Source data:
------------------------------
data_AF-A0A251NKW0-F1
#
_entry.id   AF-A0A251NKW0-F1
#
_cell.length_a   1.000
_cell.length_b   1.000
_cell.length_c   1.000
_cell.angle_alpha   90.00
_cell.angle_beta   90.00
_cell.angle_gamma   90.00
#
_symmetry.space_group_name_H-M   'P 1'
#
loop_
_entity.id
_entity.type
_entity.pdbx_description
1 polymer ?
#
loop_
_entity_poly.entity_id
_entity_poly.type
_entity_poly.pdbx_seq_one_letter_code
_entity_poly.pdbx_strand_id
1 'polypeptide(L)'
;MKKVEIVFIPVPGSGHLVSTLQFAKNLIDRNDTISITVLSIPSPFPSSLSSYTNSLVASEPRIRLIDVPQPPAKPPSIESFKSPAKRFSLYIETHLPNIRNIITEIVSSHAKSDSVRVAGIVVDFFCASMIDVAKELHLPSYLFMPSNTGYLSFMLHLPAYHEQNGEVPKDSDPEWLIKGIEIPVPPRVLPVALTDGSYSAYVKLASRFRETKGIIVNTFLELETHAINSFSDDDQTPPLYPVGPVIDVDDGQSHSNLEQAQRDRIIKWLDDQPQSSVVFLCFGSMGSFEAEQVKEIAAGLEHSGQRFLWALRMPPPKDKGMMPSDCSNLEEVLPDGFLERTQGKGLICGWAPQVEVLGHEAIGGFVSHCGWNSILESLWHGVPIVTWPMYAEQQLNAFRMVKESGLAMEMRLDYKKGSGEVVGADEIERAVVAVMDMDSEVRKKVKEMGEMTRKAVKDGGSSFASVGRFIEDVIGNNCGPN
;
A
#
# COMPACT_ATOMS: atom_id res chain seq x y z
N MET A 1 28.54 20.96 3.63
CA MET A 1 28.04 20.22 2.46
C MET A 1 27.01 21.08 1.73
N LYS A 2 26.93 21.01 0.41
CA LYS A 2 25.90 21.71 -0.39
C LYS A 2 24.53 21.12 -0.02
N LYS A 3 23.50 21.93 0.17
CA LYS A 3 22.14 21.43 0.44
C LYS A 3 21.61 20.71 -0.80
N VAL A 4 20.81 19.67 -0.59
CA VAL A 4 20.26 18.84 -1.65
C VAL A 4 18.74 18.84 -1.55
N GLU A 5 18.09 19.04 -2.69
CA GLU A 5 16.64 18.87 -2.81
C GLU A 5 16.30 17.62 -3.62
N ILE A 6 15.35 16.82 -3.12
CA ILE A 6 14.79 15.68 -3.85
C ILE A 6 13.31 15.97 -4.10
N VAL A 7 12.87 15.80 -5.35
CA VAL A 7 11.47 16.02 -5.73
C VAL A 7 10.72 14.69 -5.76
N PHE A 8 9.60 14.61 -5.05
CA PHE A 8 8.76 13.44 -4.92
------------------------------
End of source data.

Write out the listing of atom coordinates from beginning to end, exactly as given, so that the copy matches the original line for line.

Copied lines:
data_AF-A0A251NKW0-F1
#
_entry.id   AF-A0A251NKW0-F1
#
_cell.length_a   1.000
_cell.length_b   1.000
_cell.length_c   1.000
_cell.angle_alpha   90.00
_cell.angle_beta   90.00
_cell.angle_gamma   90.00
#
_symmetry.space_group_name_H-M   'P 1'
#
loop_
_entity.id
_entity.type
_entity.pdbx_description
1 polymer ?
#
loop_
_entity_poly.entity_id
_entity_poly.type
_entity_poly.pdbx_seq_one_letter_code
_entity_poly.pdbx_strand_id
1 'polypeptide(L)'
;MKKVEIVFIPVPGSGHLVSTLQFAKNLIDRNDTISITVLSIPSPFPSSLSSYTNSLVASEPRIRLIDVPQPPAKPPSIESFKSPAKRFSLYIETHLPNIRNIITEIVSSHAKSDSVRVAGIVVDFFCASMIDVAKELHLPSYLFMPSNTGYLSFMLHLPAYHEQNGEVPKDSDPEWLIKGIEIPVPPRVLPVALTDGSYSAYVKLASRFRETKGIIVNTFLELETHAINSFSDDDQTPPLYPVGPVIDVDDGQSHSNLEQAQRDRIIKWLDDQPQSSVVFLCFGSMGSFEAEQVKEIAAGLEHSGQRFLWALRMPPPKDKGMMPSDCSNLEEVLPDGFLERTQGKGLICGWAPQVEVLGHEAIGGFVSHCGWNSILESLWHGVPIVTWPMYAEQQLNAFRMVKESGLAMEMRLDYKKGSGEVVGADEIERAVVAVMDMDSEVRKKVKEMGEMTRKAVKDGGSSFASVGRFIEDVIGNNCGPN
;
A
#
# COMPACT_ATOMS: atom_id res chain seq x y z
N MET A 1 28.54 20.96 3.63
CA MET A 1 28.04 20.22 2.46
C MET A 1 27.01 21.08 1.73
N LYS A 2 26.93 21.01 0.41
CA LYS A 2 25.90 21.71 -0.39
C LYS A 2 24.53 21.12 -0.02
N LYS A 3 23.50 21.93 0.17
CA LYS A 3 22.14 21.43 0.44
C LYS A 3 21.61 20.71 -0.80
N VAL A 4 20.81 19.67 -0.59
CA VAL A 4 20.26 18.84 -1.65
C VAL A 4 18.74 18.84 -1.55
N GLU A 5 18.09 19.04 -2.69
CA GLU A 5 16.64 18.87 -2.81
C GLU A 5 16.30 17.62 -3.62
N ILE A 6 15.35 16.82 -3.12
CA ILE A 6 14.79 15.68 -3.85
C ILE A 6 13.31 15.97 -4.10
N VAL A 7 12.87 15.80 -5.35
CA VAL A 7 11.47 16.02 -5.73
C VAL A 7 10.72 14.69 -5.76
N PHE A 8 9.60 14.61 -5.05
CA PHE A 8 8.76 13.44 -4.92